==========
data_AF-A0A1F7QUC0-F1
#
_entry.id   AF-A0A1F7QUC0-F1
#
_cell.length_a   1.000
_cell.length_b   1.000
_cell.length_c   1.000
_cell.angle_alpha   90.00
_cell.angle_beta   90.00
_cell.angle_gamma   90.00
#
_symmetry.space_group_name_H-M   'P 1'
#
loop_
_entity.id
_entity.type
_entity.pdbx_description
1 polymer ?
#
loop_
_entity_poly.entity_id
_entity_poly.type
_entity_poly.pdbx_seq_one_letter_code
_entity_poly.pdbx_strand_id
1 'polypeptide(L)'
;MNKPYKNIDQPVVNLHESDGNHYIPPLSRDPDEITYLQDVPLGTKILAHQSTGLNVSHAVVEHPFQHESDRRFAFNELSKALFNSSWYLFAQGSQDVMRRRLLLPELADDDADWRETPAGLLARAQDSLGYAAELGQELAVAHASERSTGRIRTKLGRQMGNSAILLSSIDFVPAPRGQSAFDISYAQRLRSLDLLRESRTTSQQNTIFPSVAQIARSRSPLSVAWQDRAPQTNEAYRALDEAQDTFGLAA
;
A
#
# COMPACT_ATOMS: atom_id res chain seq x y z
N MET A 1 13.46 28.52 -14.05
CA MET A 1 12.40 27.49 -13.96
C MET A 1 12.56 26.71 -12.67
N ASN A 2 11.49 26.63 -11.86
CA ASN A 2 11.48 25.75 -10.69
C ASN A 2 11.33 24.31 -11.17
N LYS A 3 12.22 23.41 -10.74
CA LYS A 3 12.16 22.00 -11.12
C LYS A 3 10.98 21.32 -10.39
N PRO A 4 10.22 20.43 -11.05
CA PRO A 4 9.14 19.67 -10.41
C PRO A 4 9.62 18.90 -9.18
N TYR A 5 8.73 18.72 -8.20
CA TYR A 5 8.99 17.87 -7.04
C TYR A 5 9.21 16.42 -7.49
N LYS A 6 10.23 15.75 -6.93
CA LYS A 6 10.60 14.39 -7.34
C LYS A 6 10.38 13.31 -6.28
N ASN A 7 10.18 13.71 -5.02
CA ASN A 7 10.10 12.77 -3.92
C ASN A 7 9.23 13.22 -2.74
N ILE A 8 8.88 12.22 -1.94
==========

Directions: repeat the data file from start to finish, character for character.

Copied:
data_AF-A0A1F7QUC0-F1
#
_entry.id   AF-A0A1F7QUC0-F1
#
_cell.length_a   1.000
_cell.length_b   1.000
_cell.length_c   1.000
_cell.angle_alpha   90.00
_cell.angle_beta   90.00
_cell.angle_gamma   90.00
#
_symmetry.space_group_name_H-M   'P 1'
#
loop_
_entity.id
_entity.type
_entity.pdbx_description
1 polymer ?
#
loop_
_entity_poly.entity_id
_entity_poly.type
_entity_poly.pdbx_seq_one_letter_code
_entity_poly.pdbx_strand_id
1 'polypeptide(L)'
;MNKPYKNIDQPVVNLHESDGNHYIPPLSRDPDEITYLQDVPLGTKILAHQSTGLNVSHAVVEHPFQHESDRRFAFNELSKALFNSSWYLFAQGSQDVMRRRLLLPELADDDADWRETPAGLLARAQDSLGYAAELGQELAVAHASERSTGRIRTKLGRQMGNSAILLSSIDFVPAPRGQSAFDISYAQRLRSLDLLRESRTTSQQNTIFPSVAQIARSRSPLSVAWQDRAPQTNEAYRALDEAQDTFGLAA
;
A
#
# COMPACT_ATOMS: atom_id res chain seq x y z
N MET A 1 13.46 28.52 -14.05
CA MET A 1 12.40 27.49 -13.96
C MET A 1 12.56 26.71 -12.67
N ASN A 2 11.49 26.63 -11.86
CA ASN A 2 11.48 25.75 -10.69
C ASN A 2 11.33 24.31 -11.17
N LYS A 3 12.22 23.41 -10.74
CA LYS A 3 12.16 22.00 -11.12
C LYS A 3 10.98 21.32 -10.39
N PRO A 4 10.22 20.43 -11.05
CA PRO A 4 9.14 19.67 -10.41
C PRO A 4 9.62 18.90 -9.18
N TYR A 5 8.73 18.72 -8.20
CA TYR A 5 8.99 17.87 -7.04
C TYR A 5 9.21 16.42 -7.49
N LYS A 6 10.23 15.75 -6.93
CA LYS A 6 10.60 14.39 -7.34
C LYS A 6 10.38 13.31 -6.28
N ASN A 7 10.18 13.71 -5.02
CA ASN A 7 10.10 12.77 -3.92
C ASN A 7 9.23 13.22 -2.74
N ILE A 8 8.88 12.22 -1.94